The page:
Bluesound – Unexpectedly good sound


The Bluesound Powernode 2 comes in black or white.
The Bluesound Powernode 2 comes in black or white.


By Lam Seng Fatt


Two more components from Bluesound were handed to me for review – the Node 2 and Powernode 2. After a few days of listening to music using these smaller-than-a-brick components, I felt that they sound good enough to convince the iPod/MP3 generation to upgrade to the ranks of audiophiles.


Bluesound, as I explained in the earlier review (see, is run by former engineers from NAD who revolutionised the hi-fi industry in the 1970s with its good and cheap integrated amp, the legendary NAD 3020. So revolutionising the hi-fi industry is nothing new to these folks. Bluesound, I am confident, will revolutionise the industry in these fast-changing times.




This is the smallest of the Bluesound components among the three reviewed. This measures 22 x 4.6 x 14.6 cm (8.7 x 1.8 x 5.7 in) and weighs 1.12 kg  (2.45 lbs).


Essentially, this is just like the Bluesound Vault 2 reviewed in the previous post without the CD ripping and 2TB internal memory features.


The Bluesound Node 2 has all the features of the Vault 2 except for the CD ripping and internal memory.
The Bluesound Node 2 has all the features of the Vault 2 except for the CD ripping and internal memory.


By connecting it to your wi-fi router with an Ethernet cable (supplied by Bluesound), you will gain access to Internet radio in all sorts of languages. You can tune in to thousands of stations including popular streaming sites like Spotify, Rhapsody and Tidal.


You can also connect to a NAS in your network, but if you do not have one, you can always store your hi-res files in a thumbdrive and plug it into the USB slot at the rear panel. Or you can stream music files including ripped CD tracks and hi-res files up to 24/192 from your smartphone via wi-fi to the Node 2. Bear in mind that there is a loss in sound quality when you play music this way.


Node 2 also has an analogue input and you need to use an RCA to 3.5mm adaptor cable (supplied by Bluesound) to connect it to your CD player.


All you have to do is connect the Node 2 to your sound system. In my case, the analogue outputs of the Node 2 were connected by WyWires Platinum interconnects to the Lamm preamp and the resident system.


From its website: “Using industry-leading 1GHz ARM Cortex-9 Multi-core processors, you’d think Bluesound was engineered for something more than just audio. Bluesound’s 32-bit architecture combined with 8x oversampling DAC platforms, ensures that your lossless high-res music playback is flawless, with precision and clarity – at any volume.” A quick check with Google revealed that ARM Cortex-9 processors are widely used by smartphone and tablet companies.


The sound quality – just like the Vault 2 – is about equal to that of a mid-priced CD player (costing around RM5k to RM10k). It is surely not entry-level performance.


Since I have a Soul Note SD300 DAC Headphone Amplifier in for review, I decided to use it as an external DAC with a Van den Hul Digicoupler co-ax cable. The Soul Note DAC presented a more relaxed, spacious and detailed sound.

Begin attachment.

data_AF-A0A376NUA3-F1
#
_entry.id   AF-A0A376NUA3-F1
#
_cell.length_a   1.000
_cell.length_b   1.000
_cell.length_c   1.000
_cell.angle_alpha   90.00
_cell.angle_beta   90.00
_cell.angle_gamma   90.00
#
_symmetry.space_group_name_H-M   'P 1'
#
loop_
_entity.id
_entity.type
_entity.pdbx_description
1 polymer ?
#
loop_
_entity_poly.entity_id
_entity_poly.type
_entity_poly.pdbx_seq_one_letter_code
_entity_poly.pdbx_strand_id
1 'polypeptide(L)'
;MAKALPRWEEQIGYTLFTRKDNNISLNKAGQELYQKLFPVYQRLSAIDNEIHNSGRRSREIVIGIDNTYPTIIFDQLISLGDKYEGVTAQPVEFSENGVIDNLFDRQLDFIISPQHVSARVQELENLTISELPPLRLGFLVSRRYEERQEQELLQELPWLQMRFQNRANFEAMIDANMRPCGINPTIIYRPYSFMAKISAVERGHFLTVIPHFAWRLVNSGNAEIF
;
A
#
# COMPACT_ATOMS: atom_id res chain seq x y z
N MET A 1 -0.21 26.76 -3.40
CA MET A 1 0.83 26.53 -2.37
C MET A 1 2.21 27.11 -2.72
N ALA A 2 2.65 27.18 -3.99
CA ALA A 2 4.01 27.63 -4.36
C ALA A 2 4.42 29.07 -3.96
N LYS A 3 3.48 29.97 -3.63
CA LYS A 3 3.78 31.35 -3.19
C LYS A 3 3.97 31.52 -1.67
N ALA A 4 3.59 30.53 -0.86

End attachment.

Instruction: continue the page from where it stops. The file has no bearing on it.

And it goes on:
At the front panel is a small (3.5mm) jack for headphones and I used my pair of Sennheiser 600 headphones to listen for a while. It wasn’t studio quality, but for something at this price range, it was not too bad.




This offers everything that the NODE 2 has, but it includes a built-in amplifier which makes it a multi-purpose integrated amplifier.


The amplifier portion uses Bluesound’s ‘hybriddigital’ amplifier module which pumps out 60 watts  per channel into 8 Ohms. Whether the rated power output is RMS or Peak Power is not mentioned, but it did not really matter.


I must say that the amplifier sounded really good given its price and technology. It is a digital-based amplifier, but it did not sound dry like other digital amps. It had a smooth, punchy sound with a tilt to the warm side.


The rear panel of the Powernode 2. The binding posts are of quite good quality.
The rear panel of the Powernode 2. The binding posts are of quite good quality.


What was surprising was that it could drive the inefficient ATC SCM50s (rated at 85dB sensitivity) to really loud levels without losing its grip or distorting. The bass went quite low and was really tight.


I also used it with a pair of Focal Chorus 705 standmount speakers which have sensitivity of 89dB. It sounded quite good with them too, but since the Powernode  2 matched so well with the ATCs, I spent more time listening to music – played mostly from the thumbdrive comprising some CD rips and hi-res files from HDTracks (up to 24.192) – with the Powernode 2 hooked up to the ATCs.


Surprisingly, the Powernode presented a soundstage that was exceptionally wide – there was a track when I heard the sound of an instrument coming from around a foot from the outer edge of the left speaker.


Like I said before, the ex-NAD folks surely know how to revolutionise the hi-fi industry. With the Bluesound products, they are offering convenience with high quality sound.


Bluesound products are sold by CMY. The Node 2 is priced at RM2,935 (rrp) and the Powernode 2  costs RM4,700 (rrp).





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